On May 5, 2020, the Court granted Defendants leave to file a motion to dismiss and set a briefing schedule. (Doc. 28). The motion was made on June 15, 2020; Plaintiff's opposition was filed on July 13, 2020 (Doc. 30, "Pl. Br."); and the motion was fully submitted with the filing of Defendants' Reply on July 27, 2020 (Doc. 32).

In connection with her opposition to the motion to dismiss, Plaintiff also filed a document of compiled "exhibits" (Doc. 31), albeit unsupported by affidavit as required by Local Civil Rule 7.1. The Court has discretion to overlook a failure to comply with Local Civil Rule 7.1 and exercises such discretion on this motion. See, e.g., Holtz v. Rockefeller & Co., 258 F.3d 62, 73 (2d Cir. 2001); Fiedler v. Incandela, 222 F. Supp. 3d 141, 155 (E.D.N.Y. 2016). As relevant to the instant motion, Plaintiff's "Exhibit A" (Doc. 31 at 1-45) appears to be a contract between Westchester/Fairfield Division New York Electrical Contractors Association, Inc. and Local Union No. 3 (White Plains), International Brotherhood of Electrical Workers, AFL-CIO, with handwritten notes throughout (the "CBA"). Plaintiff's "Exhibit B" (id. at 46-84) is described in various ways by Plaintiff, including her "original" civil complaint (Pl. Br. at 7, 28); her "Complaint" or "Federal Complaint" (id. at 25, 28); and the claim filed November 18, 2019 in the United States District Court for the Southern District of New York (id. at 23). Even a cursory review of "Exhibit B" reveals that it is not the Complaint filed in this action. The Court rejects any attempt by Plaintiff to mislead the Court by relying upon this document. Plaintiff is cautioned that any further misrepresentations, untrue statements, and/or improper conduct will lead to sanctions, which may include dismissal of her action. See Fed. R. Civ. P. 11; Jackson v. Onondaga Cty., 549 F. Supp. 2d 204, 226 (N.D.N.Y. 2008) ("Not even inexperience as a pro se litigant excuses such a misrepresentation to the Court."). To the extent Plaintiff's opposition refers to "Exhibit B" as her complaint, the Court will only consider the allegations contained in the Complaint properly filed in this action.


A Rule 12(b)(6) motion enables a court to consider dismissing a complaint for "failure to state a claim upon which relief can be granted." Fed. R. Civ. P. 12(b)(6). "To survive a motion to dismiss, a complaint must contain sufficient factual matter, accepted as true, to 'state a claim to relief that is plausible on its face.'" Ashcroft v. Iqbal, 556 U.S. 662, 678 (2009) (quoting Bell Atlantic Corp. v. Twombly, 550 U.S. 544, 570 (2007)). A claim is plausible on its face "when the ple[d] factual content allows the court to draw the reasonable inference that the defendant is liable for the misconduct alleged." Id. (citing Twombly, 550 U.S. at 556). "The plausibility standard is not akin to a 'probability requirement,' but it asks for more than a sheer possibility that a defendant acted unlawfully." Id. The factual allegations pled "must be enough to raise a right to relief above the speculative level." Twombly, 550 U.S. at 555.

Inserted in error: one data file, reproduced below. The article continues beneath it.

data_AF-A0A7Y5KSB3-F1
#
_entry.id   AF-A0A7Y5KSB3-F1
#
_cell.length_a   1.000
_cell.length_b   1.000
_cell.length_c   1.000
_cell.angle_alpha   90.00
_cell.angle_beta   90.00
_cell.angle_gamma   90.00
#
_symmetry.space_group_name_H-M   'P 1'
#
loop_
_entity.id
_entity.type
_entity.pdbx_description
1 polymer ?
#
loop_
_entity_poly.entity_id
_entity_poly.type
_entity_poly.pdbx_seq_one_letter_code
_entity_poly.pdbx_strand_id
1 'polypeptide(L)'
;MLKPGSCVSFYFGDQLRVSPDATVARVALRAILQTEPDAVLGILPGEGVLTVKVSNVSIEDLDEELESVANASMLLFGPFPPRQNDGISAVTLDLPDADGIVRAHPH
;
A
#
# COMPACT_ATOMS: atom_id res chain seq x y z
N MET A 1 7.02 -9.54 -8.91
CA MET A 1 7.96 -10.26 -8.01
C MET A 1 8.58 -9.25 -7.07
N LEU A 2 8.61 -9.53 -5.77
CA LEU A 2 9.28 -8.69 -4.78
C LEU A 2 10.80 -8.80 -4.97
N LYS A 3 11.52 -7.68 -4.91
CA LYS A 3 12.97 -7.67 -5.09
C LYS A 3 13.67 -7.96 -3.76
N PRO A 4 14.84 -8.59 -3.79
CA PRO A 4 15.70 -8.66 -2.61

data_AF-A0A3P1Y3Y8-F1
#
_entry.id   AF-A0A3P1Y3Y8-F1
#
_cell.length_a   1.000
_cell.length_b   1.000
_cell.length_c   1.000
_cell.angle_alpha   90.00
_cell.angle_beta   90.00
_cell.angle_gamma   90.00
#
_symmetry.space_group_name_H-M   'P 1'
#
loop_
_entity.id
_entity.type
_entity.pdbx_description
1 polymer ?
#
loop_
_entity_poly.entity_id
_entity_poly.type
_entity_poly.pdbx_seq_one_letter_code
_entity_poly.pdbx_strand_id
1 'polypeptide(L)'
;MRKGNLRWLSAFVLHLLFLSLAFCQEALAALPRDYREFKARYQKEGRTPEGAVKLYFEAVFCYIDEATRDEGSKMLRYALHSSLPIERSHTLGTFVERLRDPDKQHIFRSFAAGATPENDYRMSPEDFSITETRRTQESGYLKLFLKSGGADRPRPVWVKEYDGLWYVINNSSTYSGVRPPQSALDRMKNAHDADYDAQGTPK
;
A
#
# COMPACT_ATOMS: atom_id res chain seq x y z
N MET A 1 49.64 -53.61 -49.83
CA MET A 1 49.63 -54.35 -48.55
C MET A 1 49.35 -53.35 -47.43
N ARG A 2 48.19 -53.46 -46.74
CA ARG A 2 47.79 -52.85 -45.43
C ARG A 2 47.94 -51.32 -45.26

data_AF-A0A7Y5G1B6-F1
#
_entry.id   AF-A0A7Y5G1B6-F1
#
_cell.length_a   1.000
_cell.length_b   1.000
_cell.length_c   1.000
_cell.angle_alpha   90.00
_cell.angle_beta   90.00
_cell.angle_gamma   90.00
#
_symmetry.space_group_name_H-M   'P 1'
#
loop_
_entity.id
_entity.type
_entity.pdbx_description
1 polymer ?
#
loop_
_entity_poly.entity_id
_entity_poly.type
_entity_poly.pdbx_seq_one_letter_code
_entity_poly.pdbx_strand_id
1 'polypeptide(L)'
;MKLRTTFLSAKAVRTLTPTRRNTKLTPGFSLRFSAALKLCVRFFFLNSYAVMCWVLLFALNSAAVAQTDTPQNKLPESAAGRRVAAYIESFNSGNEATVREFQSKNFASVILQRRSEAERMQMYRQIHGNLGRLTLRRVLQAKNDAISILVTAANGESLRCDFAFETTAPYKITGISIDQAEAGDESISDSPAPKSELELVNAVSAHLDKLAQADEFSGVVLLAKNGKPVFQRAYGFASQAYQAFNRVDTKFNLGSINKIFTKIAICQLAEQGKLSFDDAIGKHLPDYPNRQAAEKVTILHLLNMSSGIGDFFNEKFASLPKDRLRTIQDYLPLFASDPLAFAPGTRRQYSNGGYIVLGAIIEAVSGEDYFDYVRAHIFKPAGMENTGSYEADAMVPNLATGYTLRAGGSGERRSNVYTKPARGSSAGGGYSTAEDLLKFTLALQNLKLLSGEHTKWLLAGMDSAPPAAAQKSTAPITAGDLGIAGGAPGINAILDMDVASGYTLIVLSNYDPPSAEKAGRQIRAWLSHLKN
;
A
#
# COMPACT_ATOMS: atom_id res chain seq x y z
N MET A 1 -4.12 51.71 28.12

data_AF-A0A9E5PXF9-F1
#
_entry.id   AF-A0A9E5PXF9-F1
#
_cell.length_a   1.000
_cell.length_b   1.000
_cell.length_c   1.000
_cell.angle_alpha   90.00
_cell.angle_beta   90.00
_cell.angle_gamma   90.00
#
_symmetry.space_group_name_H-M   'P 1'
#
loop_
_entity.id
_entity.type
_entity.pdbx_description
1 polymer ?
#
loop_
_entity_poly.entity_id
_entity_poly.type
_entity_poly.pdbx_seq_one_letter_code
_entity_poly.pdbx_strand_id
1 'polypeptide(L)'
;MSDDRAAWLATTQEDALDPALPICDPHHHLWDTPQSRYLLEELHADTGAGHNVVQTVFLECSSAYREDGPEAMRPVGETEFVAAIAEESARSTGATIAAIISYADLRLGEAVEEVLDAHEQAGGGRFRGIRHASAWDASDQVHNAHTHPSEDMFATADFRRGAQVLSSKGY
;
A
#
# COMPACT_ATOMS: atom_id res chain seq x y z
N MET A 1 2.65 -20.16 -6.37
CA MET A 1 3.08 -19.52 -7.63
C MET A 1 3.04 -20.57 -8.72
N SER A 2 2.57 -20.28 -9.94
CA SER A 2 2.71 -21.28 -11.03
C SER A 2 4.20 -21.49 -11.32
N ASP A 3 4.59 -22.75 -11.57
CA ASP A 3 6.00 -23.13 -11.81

"When there are well-ple[d] factual allegations [in the complaint], a court should assume their veracity and then determine whether they plausibly give rise to an entitlement to relief." Iqbal, 556 U.S. at 679. Thus, the court must "take all well-ple[d] factual allegations as true, and all reasonable inferences are drawn and viewed in a light most favorable to the plaintiff." Leeds v. Meltz, 85 F.3d 51, 53 (2d Cir. 1996). However, the presumption of truth does not extend to "legal conclusions, and threadbare recitals of the elements of the cause of actions." Harris v. Mills, 572 F.3d 66, 72 (2d Cir. 2009) (quoting Iqbal, 556 U.S. 662). Therefore, a plaintiff must provide "more than labels and conclusions" to show entitlement to relief. Twombly, 550 U.S. at 555.

A complaint submitted by a pro se plaintiff, "however inartfully ple[d], must be held to less stringent standards than formal pleadings drafted by lawyers." Estelle v. Gamble, 429 U.S. 97, 106 (1976) (quoting Haines v. Kerner, 404 U.S. 519, 520-21 (1972) (internal quotation marks omitted)). Because pro se plaintiffs are often unfamiliar with the formalities of pleading requirements, courts must apply a more flexible standard in determining the sufficiency of a pro se complaint than they would in reviewing the complaint of an individual represented by counsel. Smith v. U.S. Dep't of Just., 218 F. Supp. 2d 357 (W.D.N.Y. 2002). While "[p]ro se complaints are held to less stringent standards than those drafted by lawyers, even following Twombly and Iqbal . . . dismissal of a pro se complaint is nevertheless appropriate where a plaintiff has clearly failed to meet minimum pleading requirements." Thomas v. Westchester Cty., No. 12-CV-6718, 2013 WL 3357171, at *2 (S.D.N.Y. July 3, 2013) (internal citations omitted); see also Chavis v. Cappius, 618 F.3d 162, 170 (2d Cir. 2010) ("Even in a pro se case, [ ] 'although a court must accept as true all of the allegations contained in a complaint, that tenet is inapplicable to legal conclusions, and threadbare recitals of the elements of a cause of action, supported by mere conclusory statements, do not suffice.'" (quoting Harris, 572 F.3d at 72)).